Brazil’s economy in June declined more than forecast as the central bank signals it will maintain interest rates at the highest level since 2006 in the face of a looming recession.
The economic activity seasonally adjusted index, a proxy for gross domestic product, fell 0.58 percent in June from the prior month after rising a revised 0.06 percent in May, the central bank said Wednesday. The median estimate of 34 economists surveyed by Bloomberg was for a tumble of 0.5 percent. Economy dropped 1.9 percent in the second quarter compared to the first three months of the year.
Brazil’s business and consumer confidence levels are at record lows as high rates along with tighter fiscal policy stymie activity. Even with Latin America’s largest economy forecast to post back-to-back years of recession, the government is loath to loosen its purse strings amid the threat of having its credit rating being cut to junk.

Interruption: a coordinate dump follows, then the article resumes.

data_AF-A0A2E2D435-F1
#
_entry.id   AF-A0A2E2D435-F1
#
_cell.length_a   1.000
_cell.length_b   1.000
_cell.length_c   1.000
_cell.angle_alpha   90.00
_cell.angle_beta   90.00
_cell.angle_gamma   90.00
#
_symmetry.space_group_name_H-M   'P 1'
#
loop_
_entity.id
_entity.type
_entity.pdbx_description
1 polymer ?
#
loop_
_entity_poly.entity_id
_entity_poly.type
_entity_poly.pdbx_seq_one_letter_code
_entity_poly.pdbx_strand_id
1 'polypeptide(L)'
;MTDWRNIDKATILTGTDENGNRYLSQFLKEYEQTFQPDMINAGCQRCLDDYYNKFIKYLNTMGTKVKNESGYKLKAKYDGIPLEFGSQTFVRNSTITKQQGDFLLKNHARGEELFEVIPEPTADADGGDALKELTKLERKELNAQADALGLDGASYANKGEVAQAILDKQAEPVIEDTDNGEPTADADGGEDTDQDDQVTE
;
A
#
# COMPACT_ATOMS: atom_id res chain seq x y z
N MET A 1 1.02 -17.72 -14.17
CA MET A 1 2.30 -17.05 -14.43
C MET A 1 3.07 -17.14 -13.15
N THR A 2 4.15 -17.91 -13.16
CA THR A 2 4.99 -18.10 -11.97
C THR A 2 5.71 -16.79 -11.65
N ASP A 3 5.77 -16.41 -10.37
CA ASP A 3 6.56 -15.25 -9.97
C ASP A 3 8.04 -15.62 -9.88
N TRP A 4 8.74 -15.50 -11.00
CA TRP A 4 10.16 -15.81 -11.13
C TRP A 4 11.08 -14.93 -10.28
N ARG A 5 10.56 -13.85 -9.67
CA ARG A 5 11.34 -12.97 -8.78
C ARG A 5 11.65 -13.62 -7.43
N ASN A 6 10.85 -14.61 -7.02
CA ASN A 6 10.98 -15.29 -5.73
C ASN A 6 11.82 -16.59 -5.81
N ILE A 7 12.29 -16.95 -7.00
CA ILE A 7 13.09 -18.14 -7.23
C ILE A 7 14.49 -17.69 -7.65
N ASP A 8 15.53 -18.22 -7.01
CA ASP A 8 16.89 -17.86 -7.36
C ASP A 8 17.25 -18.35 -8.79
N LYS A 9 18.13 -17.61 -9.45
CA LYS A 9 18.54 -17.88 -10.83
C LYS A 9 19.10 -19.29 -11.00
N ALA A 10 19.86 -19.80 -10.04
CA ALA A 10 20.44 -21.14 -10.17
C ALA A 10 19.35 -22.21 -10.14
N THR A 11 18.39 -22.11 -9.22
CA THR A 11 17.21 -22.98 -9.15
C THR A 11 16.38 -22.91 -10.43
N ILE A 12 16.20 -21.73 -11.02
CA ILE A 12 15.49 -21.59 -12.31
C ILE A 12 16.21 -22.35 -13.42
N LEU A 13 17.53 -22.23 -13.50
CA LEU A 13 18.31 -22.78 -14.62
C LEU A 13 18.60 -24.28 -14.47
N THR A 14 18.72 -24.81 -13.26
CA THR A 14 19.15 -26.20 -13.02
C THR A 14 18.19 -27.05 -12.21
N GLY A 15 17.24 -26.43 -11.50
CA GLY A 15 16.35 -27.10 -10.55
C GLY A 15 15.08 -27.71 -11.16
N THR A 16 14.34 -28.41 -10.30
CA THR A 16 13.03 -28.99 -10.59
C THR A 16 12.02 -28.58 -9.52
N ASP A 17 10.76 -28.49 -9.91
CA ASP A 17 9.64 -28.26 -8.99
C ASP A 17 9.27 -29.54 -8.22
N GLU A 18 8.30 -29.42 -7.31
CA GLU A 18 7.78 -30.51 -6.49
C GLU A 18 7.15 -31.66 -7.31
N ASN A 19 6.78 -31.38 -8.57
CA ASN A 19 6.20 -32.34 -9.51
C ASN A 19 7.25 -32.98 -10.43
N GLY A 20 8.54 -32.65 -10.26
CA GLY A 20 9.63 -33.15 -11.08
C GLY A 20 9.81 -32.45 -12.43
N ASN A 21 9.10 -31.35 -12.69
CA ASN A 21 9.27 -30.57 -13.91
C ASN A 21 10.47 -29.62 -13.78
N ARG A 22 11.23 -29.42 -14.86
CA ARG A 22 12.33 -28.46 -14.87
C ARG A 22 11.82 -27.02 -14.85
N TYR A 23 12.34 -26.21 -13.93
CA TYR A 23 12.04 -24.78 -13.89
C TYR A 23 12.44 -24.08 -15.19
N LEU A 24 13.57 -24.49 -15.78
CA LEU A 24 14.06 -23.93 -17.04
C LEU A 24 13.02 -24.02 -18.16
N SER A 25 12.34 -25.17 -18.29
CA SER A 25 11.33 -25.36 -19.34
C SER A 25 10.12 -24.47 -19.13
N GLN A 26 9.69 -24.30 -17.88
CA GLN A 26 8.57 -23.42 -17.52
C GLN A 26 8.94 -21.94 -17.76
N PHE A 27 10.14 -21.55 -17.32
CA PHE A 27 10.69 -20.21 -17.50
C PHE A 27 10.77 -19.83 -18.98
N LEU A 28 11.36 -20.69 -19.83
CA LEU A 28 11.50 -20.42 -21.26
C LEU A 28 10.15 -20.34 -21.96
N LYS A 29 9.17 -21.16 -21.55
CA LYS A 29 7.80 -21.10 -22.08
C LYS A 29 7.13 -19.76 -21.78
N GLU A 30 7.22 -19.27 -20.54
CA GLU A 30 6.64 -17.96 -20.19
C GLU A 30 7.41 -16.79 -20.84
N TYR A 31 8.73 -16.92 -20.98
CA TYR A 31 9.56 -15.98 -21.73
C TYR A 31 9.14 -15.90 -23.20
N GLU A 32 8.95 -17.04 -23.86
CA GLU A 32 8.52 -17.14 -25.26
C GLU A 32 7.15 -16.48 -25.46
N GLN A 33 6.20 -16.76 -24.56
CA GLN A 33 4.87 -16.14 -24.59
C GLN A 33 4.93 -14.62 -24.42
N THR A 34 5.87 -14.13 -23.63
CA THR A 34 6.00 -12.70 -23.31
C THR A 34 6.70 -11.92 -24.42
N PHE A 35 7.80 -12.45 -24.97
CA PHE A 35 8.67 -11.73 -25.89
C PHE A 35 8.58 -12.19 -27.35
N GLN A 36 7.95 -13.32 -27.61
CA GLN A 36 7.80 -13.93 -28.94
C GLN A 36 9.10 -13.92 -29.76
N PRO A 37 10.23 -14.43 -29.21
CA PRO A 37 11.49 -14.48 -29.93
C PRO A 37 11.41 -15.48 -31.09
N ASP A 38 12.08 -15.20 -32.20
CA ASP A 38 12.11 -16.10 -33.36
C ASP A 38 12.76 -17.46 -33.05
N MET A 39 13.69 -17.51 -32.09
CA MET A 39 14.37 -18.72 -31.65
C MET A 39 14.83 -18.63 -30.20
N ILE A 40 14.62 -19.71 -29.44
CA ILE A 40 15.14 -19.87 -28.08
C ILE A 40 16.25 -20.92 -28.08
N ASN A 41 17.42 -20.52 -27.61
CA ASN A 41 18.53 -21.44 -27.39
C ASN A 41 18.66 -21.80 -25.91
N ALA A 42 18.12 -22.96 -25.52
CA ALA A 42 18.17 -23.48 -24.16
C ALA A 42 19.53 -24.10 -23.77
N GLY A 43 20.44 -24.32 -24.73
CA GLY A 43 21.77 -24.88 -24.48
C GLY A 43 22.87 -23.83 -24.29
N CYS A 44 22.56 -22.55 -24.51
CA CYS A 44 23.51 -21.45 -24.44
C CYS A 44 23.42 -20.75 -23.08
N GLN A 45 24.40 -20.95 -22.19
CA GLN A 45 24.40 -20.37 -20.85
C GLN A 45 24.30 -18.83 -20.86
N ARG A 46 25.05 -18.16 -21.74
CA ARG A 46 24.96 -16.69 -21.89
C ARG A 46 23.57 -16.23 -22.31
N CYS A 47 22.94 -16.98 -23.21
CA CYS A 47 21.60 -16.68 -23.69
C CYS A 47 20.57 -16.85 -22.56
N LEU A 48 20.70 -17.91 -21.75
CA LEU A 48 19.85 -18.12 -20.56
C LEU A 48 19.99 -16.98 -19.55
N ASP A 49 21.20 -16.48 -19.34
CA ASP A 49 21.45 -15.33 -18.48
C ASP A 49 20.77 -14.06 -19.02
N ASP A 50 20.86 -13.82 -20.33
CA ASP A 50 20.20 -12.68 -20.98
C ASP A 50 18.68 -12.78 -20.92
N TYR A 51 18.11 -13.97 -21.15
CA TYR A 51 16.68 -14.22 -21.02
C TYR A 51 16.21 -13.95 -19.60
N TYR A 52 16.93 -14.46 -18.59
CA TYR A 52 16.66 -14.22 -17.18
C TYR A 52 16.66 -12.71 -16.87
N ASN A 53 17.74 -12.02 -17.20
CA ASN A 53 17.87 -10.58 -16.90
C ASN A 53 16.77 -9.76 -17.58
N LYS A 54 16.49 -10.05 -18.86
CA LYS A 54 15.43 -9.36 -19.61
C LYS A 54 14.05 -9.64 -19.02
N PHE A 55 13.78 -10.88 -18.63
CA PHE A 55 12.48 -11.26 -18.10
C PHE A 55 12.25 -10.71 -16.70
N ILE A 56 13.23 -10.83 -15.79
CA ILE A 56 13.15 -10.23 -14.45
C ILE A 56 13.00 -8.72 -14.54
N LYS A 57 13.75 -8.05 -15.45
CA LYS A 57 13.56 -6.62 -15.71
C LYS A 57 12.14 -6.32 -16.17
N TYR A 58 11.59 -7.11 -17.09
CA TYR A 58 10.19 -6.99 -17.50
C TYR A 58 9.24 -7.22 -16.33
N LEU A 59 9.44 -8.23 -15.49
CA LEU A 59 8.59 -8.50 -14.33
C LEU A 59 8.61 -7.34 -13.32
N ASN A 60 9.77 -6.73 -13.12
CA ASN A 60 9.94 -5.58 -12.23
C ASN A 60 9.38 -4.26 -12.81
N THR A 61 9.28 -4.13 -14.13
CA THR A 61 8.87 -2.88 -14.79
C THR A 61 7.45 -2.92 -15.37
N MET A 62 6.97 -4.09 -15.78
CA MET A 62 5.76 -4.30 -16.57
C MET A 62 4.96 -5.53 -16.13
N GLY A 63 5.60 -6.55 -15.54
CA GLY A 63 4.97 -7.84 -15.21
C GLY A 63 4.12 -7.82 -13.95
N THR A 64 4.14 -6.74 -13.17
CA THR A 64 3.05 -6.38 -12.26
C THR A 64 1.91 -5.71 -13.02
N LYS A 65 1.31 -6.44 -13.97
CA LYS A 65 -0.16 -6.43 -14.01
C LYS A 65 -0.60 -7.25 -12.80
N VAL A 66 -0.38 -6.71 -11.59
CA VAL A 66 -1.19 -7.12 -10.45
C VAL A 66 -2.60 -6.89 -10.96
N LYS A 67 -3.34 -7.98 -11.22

“Brazil’s economy has been showing no signs of recovery,” said Roberto Padovani, chief economist at Sao Paulo-based Votorantim Ctvm, by telephone. “The frustration with economic activity is only deepening.”
Swap rates on the contract closing in January 2017 were unchanged at 13.87 percent at 9:35 a.m. local time. The real weakened 0.4 percent to 3.4807 per U.S. dollar.
The non-seasonally adjusted economic index fell 1.2 percent from a year ago, compared with a median estimate of a 1.3 percent drop. In the quarter, the drop was 3.1 percent compared to same period last year, said Padovani.
The country’s economy will contract 2.01 percent this year and 0.15 percent in 2016, according to a central bank survey of analysts published Monday.
The central bank has boosted the key rate in seven straight meetings to 14.25 percent, most recently by 50 basis points in July. Keeping the Selic at the current level for a sufficiently prolonged period is necessary to slow inflation to the 4.5 percent target by the end of next year, the bank’s President Alexandre Tombini said on Aug. 14.
Moody’s Investors Service this month cut Brazil one level to Baa3, its lowest investment grade rating, from Baa2. Standard & Poor’s, which rates Brazil BBB-, or a step above junk, last month cut its outlook on Brazil’s debt to negative.